Ana Never - Small YearsHow do you define great? This is a question that has been circulating around and around in my head like an airplane waiting to land.

For me, great has longevity … it is something that lasts the test of time.

It is also something that you can and do come back to … again and again.

For me, Gorecki‘s Third Symphony is a great piece of music. It has served me well over the years I have owned it. I keep coming back to it. It has become my friend.

These are the exact same feelings I have for “Small Years” by Ana Never – this is a great piece of music … something I have returned to again and again over the week or so that I have had it to consume.

What it packs into the four tracks and the 76 minutes that it is on is truly remarkable. To say this is one of the best post-rock albums I have heard in all my days listening to music, let alone post-rock music, would not be an understatement.

Their understanding of drone … their understanding of musicality … their understanding of melody and of all the things I hold precious in a genre of music I am deeply in love with … just takes my breath away. It is like this release is *the* archetypal post-rock album.

The opening track – ‘Future Wife’ – is simply stunning … like all future wives are, I guess. An epic of a track … clocking in at 26 minutes and 34 seconds … it moves and breathes like it is alive. There is so much energy and movement in the piece that it grabs my attention each and every time I listen to it. The way it slowly and surely builds is breathtaking … it exudes confidence. When the guitars bite around the 12 minute mark … wow … Ana Never have made me theirs!

This is not just the soundtrack to something beautiful … it is, in it’s very nature and essence, something beautiful.

This track alone is worth the purchase price … but that’s where this album stands out … it is only one of four tracks … and each of these tracks are wonderful in their own right.

Where ‘Future Wife’ has an epic grandeur about it … ‘Half way’ has more of an immediacy. It is denser and more melancholic … with some truly amazing guitars that create the layers of sound on which they have placed an utterly delightful yet haunting melody.

‘Gorgeous One’ – the third track on the album – lives up to its name. Slow, thoughtful and heartbreakingly melodic … this is one gorgeous track. One where the interplay between guitar and violin is simply perfect.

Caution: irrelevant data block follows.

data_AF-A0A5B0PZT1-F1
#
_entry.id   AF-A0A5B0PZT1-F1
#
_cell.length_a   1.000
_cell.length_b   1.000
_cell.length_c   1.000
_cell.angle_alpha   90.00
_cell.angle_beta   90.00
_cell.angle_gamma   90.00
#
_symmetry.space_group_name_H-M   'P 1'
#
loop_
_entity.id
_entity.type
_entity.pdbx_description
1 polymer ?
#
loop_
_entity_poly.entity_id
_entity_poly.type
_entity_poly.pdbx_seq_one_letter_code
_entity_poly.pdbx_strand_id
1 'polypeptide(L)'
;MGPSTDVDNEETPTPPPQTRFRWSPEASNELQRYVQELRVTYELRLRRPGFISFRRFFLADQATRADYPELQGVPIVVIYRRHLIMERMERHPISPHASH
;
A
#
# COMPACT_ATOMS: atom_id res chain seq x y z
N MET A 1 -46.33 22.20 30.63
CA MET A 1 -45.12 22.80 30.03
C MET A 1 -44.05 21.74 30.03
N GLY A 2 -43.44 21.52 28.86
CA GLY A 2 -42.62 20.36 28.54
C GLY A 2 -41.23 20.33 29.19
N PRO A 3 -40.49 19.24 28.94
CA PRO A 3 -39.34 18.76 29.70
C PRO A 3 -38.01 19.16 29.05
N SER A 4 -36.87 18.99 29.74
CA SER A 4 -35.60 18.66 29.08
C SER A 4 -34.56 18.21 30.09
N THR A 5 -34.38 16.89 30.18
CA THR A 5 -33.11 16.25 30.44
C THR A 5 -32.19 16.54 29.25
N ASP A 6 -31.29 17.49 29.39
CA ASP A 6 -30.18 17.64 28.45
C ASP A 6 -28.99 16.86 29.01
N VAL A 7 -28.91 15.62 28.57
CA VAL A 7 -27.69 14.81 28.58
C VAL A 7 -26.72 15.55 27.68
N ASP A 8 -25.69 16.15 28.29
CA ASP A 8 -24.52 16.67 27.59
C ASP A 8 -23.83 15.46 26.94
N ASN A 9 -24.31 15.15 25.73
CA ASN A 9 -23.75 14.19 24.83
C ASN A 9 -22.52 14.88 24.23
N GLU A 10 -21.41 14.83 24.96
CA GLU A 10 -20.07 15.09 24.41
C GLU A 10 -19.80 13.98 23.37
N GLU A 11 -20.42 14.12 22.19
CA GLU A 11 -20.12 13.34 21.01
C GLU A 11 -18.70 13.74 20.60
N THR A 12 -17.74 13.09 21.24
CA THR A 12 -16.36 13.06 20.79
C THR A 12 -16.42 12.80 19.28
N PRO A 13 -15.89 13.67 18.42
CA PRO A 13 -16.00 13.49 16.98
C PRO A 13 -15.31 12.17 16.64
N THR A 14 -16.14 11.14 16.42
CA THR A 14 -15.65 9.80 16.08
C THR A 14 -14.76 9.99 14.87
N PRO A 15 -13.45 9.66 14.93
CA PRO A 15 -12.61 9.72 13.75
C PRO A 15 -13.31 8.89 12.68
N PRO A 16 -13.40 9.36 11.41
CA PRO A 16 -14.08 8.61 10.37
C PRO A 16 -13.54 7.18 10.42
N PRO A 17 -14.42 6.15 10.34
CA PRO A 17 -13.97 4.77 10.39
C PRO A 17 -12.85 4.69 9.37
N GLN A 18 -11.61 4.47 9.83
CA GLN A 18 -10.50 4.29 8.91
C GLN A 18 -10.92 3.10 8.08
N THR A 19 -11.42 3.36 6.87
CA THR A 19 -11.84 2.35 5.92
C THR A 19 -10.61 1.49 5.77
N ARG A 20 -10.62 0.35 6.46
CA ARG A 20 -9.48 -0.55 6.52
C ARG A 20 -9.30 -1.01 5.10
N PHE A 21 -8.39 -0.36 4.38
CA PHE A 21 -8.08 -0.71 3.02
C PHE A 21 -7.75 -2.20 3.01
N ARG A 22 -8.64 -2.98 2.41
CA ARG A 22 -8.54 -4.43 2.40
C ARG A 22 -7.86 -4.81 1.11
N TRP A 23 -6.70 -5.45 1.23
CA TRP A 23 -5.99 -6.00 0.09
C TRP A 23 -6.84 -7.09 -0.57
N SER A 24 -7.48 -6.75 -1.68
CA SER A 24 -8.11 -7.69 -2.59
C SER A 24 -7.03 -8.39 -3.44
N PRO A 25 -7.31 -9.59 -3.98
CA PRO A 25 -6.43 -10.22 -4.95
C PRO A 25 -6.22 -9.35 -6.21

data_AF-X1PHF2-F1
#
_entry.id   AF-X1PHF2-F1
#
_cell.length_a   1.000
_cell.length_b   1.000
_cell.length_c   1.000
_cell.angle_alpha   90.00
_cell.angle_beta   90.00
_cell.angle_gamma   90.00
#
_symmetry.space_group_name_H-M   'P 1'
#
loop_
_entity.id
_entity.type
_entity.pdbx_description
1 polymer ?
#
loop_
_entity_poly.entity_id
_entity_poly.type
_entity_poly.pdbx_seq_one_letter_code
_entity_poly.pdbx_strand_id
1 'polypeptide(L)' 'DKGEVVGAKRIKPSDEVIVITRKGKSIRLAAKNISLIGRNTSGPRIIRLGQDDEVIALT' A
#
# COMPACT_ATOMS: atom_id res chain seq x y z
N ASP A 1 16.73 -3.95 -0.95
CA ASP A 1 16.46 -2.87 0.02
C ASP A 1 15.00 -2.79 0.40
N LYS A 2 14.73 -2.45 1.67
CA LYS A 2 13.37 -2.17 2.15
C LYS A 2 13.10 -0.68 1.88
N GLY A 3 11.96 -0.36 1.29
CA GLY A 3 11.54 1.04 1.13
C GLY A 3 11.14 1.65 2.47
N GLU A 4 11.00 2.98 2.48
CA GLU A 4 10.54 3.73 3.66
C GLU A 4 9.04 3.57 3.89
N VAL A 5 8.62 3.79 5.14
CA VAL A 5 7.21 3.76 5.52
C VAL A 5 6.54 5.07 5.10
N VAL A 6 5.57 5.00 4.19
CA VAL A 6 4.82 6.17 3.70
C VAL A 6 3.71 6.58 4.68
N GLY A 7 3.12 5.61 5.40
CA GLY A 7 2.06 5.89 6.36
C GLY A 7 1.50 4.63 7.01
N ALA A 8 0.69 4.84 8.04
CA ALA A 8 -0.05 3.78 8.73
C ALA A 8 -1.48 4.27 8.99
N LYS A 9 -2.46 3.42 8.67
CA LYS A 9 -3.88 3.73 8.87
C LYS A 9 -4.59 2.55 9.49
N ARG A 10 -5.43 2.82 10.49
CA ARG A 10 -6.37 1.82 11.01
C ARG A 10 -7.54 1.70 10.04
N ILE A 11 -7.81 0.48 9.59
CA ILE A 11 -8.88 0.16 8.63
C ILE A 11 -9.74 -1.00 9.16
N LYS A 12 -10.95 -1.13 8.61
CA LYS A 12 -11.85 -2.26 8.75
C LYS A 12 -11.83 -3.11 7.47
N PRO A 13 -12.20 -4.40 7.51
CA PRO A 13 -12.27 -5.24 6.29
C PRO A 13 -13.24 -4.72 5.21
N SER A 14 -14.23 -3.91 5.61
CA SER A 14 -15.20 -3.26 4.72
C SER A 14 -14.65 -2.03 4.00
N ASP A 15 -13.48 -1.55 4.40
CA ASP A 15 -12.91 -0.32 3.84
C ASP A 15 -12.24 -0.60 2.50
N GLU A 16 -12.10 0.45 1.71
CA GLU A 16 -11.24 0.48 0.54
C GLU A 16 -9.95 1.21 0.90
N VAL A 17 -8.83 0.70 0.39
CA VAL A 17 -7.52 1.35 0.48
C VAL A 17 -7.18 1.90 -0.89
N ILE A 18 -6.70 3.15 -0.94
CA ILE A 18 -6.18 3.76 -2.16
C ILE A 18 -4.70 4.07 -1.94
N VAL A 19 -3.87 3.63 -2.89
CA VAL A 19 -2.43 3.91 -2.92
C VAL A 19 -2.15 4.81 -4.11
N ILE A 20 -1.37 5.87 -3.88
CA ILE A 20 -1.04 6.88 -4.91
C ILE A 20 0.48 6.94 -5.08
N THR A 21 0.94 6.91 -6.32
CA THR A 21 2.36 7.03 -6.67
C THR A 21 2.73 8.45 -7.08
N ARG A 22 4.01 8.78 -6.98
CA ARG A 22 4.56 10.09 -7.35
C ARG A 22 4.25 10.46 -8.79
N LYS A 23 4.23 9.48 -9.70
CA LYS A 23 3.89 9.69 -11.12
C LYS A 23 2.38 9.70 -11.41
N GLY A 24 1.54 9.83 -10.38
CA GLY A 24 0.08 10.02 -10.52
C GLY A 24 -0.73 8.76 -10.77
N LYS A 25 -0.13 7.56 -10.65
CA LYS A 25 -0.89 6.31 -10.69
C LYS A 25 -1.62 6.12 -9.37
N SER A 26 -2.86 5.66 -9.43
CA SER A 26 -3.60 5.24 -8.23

Ana Never’s use of sound dynamics is exemplary. The track builds slowly and yet I still find myself thrilled when, around the 4 minute mark, everything kicks off. Yes, I’ll admit to smiling as a loon each and every time this track plays. Which is fine, by the way, when you are on your own but not so good when you are listening to it on a packed commuter train. People tend to give you more room than you deserve when that happens.

16 minutes is not long enough for such beauty … but then truly great things are timeless insofar as they transcend time. This piece … like the album as a whole … transcends time. It doesn’t feel like the opus it is.

Don’t get me wrong … this isn’t a Ramones song. 1.2.3.4. then over. This is something more … something to be savoured … something to be treasured … something that comforts … something that welcomes … something that can be relied on … something that gets better with age like a worn pair of Levi’s with their unique patina.

The last track – ‘To Live For’ – is a stunner and that is saying something as it is the longest of the tracks … coming in at 28 minutes on the dot. It is also the rawest and noisiest of the tracks … and, as such, makes for a terrific end point … the remarkable culmination to a remarkable album.

The euphoria contained within this track is almost uncontainable … it threatens to burst out at any minute. It is palpable. The energy conveyed in this track is infectious. It picks you up and takes you with it. You cannot help but be moved.

And moved I am. This whole album is great … truly great. If I were important enough to be asked what I would take as my ’desert island discs’ this would be one of them … it is up there with Gorecki‘s Third in terms of shear enjoyment and lasting influence.

Yes … it is *that* good and, as such, I can only award it 10 out of 10. I cannot fault this record and know that it will be cherished for years in the years to come.

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